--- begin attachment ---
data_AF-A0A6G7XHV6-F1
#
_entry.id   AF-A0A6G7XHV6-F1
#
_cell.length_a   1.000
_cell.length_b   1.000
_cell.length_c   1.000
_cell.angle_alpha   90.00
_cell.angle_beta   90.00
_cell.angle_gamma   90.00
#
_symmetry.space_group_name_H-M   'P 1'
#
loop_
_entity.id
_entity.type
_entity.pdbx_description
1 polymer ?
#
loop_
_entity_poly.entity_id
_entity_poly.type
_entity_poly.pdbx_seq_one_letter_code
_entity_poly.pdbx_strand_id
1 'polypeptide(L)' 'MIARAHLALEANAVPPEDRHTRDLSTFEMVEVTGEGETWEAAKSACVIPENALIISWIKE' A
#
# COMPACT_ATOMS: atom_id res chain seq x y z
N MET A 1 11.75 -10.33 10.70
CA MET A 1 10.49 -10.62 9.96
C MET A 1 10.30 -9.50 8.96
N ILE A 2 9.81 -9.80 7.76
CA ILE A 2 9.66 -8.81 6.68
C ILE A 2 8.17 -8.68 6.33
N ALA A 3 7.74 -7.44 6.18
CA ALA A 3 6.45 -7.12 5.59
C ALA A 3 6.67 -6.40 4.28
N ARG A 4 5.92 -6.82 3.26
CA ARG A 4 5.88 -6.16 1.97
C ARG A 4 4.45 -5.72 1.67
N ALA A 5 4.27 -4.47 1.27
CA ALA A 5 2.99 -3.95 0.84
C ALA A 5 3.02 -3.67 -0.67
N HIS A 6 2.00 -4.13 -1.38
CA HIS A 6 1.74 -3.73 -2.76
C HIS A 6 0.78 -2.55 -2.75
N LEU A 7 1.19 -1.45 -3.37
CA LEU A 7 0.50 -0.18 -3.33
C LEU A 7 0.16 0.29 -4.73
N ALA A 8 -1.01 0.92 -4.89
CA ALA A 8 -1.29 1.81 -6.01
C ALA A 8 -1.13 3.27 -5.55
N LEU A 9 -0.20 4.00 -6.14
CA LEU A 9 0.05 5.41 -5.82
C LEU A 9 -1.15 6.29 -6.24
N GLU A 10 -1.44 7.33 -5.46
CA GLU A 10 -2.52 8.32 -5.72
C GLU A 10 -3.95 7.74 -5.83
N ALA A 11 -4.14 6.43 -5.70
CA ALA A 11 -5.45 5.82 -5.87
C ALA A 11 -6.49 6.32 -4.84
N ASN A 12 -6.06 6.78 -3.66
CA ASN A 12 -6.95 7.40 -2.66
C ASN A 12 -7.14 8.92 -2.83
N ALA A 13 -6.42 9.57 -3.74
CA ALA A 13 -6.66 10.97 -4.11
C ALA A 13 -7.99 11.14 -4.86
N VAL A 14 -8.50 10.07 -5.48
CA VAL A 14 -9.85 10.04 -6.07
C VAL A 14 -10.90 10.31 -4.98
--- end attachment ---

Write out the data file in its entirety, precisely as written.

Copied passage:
data_AF-A0A6G7XHV6-F1
#
_entry.id   AF-A0A6G7XHV6-F1
#
_cell.length_a   1.000
_cell.length_b   1.000
_cell.length_c   1.000
_cell.angle_alpha   90.00
_cell.angle_beta   90.00
_cell.angle_gamma   90.00
#
_symmetry.space_group_name_H-M   'P 1'
#
loop_
_entity.id
_entity.type
_entity.pdbx_description
1 polymer ?
#
loop_
_entity_poly.entity_id
_entity_poly.type
_entity_poly.pdbx_seq_one_letter_code
_entity_poly.pdbx_strand_id
1 'polypeptide(L)' 'MIARAHLALEANAVPPEDRHTRDLSTFEMVEVTGEGETWEAAKSACVIPENALIISWIKE' A
#
# COMPACT_ATOMS: atom_id res chain seq x y z
N MET A 1 11.75 -10.33 10.70
CA MET A 1 10.49 -10.62 9.96
C MET A 1 10.30 -9.50 8.96
N ILE A 2 9.81 -9.80 7.76
CA ILE A 2 9.66 -8.81 6.68
C ILE A 2 8.17 -8.68 6.33
N ALA A 3 7.74 -7.44 6.18
CA ALA A 3 6.45 -7.12 5.59
C ALA A 3 6.67 -6.40 4.28
N ARG A 4 5.92 -6.82 3.26
CA ARG A 4 5.88 -6.16 1.97
C ARG A 4 4.45 -5.72 1.67
N ALA A 5 4.27 -4.47 1.27
CA ALA A 5 2.99 -3.95 0.84
C ALA A 5 3.02 -3.67 -0.67
N HIS A 6 2.00 -4.13 -1.38
CA HIS A 6 1.74 -3.73 -2.76
C HIS A 6 0.78 -2.55 -2.75
N LEU A 7 1.19 -1.45 -3.37
CA LEU A 7 0.50 -0.18 -3.33
C LEU A 7 0.16 0.29 -4.73
N ALA A 8 -1.01 0.92 -4.89
CA ALA A 8 -1.29 1.81 -6.01
C ALA A 8 -1.13 3.27 -5.55
N LEU A 9 -0.20 4.00 -6.14
CA LEU A 9 0.05 5.41 -5.82
C LEU A 9 -1.15 6.29 -6.24
N GLU A 10 -1.44 7.33 -5.46
CA GLU A 10 -2.52 8.32 -5.72
C GLU A 10 -3.95 7.74 -5.83
N ALA A 11 -4.14 6.43 -5.70
CA ALA A 11 -5.45 5.82 -5.87
C ALA A 11 -6.49 6.32 -4.84
N ASN A 12 -6.06 6.78 -3.66
CA ASN A 12 -6.95 7.40 -2.66
C ASN A 12 -7.14 8.92 -2.83
N ALA A 13 -6.42 9.57 -3.74
CA ALA A 13 -6.66 10.97 -4.11
C ALA A 13 -7.99 11.14 -4.86
N VAL A 14 -8.50 10.07 -5.48
CA VAL A 14 -9.85 10.04 -6.07
C VAL A 14 -10.90 10.31 -4.98